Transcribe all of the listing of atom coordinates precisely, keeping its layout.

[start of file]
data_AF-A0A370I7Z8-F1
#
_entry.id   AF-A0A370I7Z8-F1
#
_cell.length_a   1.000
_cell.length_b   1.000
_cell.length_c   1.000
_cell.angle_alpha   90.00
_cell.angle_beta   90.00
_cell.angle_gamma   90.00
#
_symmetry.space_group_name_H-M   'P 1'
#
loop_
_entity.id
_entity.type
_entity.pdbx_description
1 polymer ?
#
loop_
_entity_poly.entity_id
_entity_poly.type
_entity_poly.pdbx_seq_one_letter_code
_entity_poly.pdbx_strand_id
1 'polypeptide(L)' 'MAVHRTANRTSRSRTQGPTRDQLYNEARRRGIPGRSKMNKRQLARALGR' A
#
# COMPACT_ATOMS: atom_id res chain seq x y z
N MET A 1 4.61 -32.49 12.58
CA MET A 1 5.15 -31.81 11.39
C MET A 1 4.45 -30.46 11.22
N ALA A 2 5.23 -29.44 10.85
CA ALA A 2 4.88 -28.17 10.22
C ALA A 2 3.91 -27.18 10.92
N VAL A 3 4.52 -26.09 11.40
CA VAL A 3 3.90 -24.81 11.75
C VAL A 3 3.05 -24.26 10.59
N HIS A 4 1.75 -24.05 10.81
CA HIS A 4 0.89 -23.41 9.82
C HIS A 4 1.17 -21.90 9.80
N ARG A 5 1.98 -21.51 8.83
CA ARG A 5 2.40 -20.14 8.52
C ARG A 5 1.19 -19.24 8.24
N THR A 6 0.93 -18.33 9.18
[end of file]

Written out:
data_AF-A0A370I7Z8-F1
#
_entry.id   AF-A0A370I7Z8-F1
#
_cell.length_a   1.000
_cell.length_b   1.000
_cell.length_c   1.000
_cell.angle_alpha   90.00
_cell.angle_beta   90.00
_cell.angle_gamma   90.00
#
_symmetry.space_group_name_H-M   'P 1'
#
loop_
_entity.id
_entity.type
_entity.pdbx_description
1 polymer ?
#
loop_
_entity_poly.entity_id
_entity_poly.type
_entity_poly.pdbx_seq_one_letter_code
_entity_poly.pdbx_strand_id
1 'polypeptide(L)' 'MAVHRTANRTSRSRTQGPTRDQLYNEARRRGIPGRSKMNKRQLARALGR' A
#
# COMPACT_ATOMS: atom_id res chain seq x y z
N MET A 1 4.61 -32.49 12.58
CA MET A 1 5.15 -31.81 11.39
C MET A 1 4.45 -30.46 11.22
N ALA A 2 5.23 -29.44 10.85
CA ALA A 2 4.88 -28.17 10.22
C ALA A 2 3.91 -27.18 10.92
N VAL A 3 4.52 -26.09 11.40
CA VAL A 3 3.90 -24.81 11.75
C VAL A 3 3.05 -24.26 10.59
N HIS A 4 1.75 -24.05 10.81
CA HIS A 4 0.89 -23.41 9.82
C HIS A 4 1.17 -21.90 9.80
N ARG A 5 1.98 -21.51 8.83
CA ARG A 5 2.40 -20.14 8.52
C ARG A 5 1.19 -19.24 8.24
N THR A 6 0.93 -18.33 9.18